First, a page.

One outgrowth of the Shirley Sherrod debacle is that people have started to take note of the way the Obama administration folded like a cheap suit in the face of a half-baked accusation from a non-credible source. "[I]t is hilarious to watch the White House scrambling out of fear for Andrew Breitbart," writes Erick Erickson. Jonathan Bernstein likewise castigates the administration's panicked response.
These observations are accurate as far as they go. But I don't think there's a generalized pattern of the administration folding in the face of right-wing attacks, credible or otherwise. Rather, the issue is that the Obama administration is, and always has been, terrified of engaging on race.
Obama's call for a "national conversation on race" in 2008 was interpreted by many people as a desire to use his campaign to alter racial perceptions. I think it was a bluff -- an attempt to remove race from the campaign, by talking about it at a high intellectual level one time, and thus to shame anybody from using race in grubbier ways afterward. It succeeded.
One interesting aspect of the Obama phenomenon, that I've noted before, is that conservatives genuinely believe that his race is his greatest (or possibly only) political asset. Both sides, in other words, have been terrified of race. I would argue that race has played an important role in conservative opposition to his policies, but mainly in a sublimated way. Rush Limbaugh's charge that health care reform was "reparations" was an explication of an unspoken belief among many conservatives that his agenda amounted to redistribution from whites to blacks.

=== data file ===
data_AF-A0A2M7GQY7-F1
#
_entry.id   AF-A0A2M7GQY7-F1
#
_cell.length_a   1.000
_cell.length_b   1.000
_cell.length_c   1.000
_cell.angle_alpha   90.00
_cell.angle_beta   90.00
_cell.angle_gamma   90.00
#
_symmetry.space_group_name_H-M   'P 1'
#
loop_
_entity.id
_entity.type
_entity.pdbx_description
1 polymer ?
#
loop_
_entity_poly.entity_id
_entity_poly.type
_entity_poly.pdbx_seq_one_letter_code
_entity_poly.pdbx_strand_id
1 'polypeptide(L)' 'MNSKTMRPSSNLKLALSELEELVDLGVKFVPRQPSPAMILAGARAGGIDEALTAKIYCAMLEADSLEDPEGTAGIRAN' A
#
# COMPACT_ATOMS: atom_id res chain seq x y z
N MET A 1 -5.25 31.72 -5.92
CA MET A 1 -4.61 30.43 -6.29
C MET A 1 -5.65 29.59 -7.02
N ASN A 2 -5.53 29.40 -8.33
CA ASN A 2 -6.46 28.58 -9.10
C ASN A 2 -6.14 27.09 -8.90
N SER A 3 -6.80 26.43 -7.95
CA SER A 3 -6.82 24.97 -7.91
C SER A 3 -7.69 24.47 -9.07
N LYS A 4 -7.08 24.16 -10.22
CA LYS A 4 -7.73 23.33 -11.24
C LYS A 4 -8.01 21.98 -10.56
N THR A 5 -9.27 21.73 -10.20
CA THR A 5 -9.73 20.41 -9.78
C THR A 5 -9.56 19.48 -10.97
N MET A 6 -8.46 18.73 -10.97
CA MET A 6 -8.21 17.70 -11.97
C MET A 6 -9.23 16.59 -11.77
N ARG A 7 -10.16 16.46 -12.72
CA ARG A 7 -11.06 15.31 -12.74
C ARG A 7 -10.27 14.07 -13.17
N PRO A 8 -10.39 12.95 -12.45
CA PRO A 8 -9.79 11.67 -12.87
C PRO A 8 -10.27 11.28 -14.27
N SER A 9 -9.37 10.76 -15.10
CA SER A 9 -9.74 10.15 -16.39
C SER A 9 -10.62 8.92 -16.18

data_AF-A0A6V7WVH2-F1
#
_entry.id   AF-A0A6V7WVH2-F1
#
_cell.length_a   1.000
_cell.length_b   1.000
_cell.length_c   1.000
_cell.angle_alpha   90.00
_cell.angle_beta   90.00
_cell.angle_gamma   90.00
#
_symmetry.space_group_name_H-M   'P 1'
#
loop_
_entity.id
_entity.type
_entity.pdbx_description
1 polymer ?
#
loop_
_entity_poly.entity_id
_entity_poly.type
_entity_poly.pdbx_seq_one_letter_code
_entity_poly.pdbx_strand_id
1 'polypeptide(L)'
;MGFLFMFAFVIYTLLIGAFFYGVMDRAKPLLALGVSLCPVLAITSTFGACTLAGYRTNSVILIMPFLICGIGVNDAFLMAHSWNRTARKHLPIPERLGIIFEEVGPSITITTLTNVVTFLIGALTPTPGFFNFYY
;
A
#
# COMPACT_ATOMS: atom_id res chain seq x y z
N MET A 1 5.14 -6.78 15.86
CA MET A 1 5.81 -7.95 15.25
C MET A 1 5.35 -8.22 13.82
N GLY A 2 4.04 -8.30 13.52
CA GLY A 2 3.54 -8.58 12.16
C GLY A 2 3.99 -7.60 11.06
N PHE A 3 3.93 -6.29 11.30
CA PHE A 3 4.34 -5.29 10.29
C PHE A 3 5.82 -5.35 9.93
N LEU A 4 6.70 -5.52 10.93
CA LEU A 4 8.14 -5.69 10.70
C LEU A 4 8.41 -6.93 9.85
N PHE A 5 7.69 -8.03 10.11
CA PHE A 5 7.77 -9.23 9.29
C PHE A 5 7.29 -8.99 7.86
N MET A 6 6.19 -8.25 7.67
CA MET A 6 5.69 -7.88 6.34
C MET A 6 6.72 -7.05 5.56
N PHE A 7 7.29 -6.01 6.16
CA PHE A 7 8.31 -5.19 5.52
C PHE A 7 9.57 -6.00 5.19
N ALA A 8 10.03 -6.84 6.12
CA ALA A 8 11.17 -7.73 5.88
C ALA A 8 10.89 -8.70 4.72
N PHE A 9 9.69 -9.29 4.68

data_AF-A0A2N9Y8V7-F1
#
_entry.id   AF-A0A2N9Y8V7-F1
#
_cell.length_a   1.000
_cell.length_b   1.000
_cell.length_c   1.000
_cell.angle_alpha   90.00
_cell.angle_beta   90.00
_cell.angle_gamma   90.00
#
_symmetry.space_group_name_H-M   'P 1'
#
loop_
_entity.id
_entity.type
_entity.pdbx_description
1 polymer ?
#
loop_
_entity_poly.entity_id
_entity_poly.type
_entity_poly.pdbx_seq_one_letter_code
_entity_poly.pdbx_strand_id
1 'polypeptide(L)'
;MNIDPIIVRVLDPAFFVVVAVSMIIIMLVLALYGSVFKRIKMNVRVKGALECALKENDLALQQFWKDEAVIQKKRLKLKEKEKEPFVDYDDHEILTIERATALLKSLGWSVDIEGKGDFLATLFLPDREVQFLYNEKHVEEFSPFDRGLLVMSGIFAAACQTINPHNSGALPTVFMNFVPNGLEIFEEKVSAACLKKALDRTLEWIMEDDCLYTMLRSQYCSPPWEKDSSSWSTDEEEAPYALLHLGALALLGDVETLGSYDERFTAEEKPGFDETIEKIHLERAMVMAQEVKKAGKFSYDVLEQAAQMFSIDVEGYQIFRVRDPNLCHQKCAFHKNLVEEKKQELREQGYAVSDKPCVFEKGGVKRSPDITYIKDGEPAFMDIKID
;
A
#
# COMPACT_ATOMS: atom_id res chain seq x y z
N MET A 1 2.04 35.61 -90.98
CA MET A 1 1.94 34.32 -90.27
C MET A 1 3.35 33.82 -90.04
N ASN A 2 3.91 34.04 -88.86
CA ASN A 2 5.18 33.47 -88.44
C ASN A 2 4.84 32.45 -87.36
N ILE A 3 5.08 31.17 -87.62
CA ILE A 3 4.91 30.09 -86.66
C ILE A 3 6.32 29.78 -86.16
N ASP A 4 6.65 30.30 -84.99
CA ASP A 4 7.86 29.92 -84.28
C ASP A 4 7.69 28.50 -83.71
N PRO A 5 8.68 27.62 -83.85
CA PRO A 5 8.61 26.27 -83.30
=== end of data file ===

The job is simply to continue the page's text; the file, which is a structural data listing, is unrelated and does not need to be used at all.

Gradually, variants of this accusation have risen to the surface more frequently. Obama's hasty damage control when his stray, unplanned comment on Skip Gates showed the administration's concern. The absurd Fox News crusade against his alleged policy of not prosecuting blacks, and the implication of supporting political intimidation of whites, has thrown the administration on the defensive. And the administration's response to the Sherrod video betrayed its utter terror. If there is a single idea the Obama administration most fears, it is that the Obama presidency systematically favors blacks over whites.
The Obama administration is able to hang tough in the face of many right-wing charges. Anything that carries the whiff of racialism, though, and they'll run for the hills.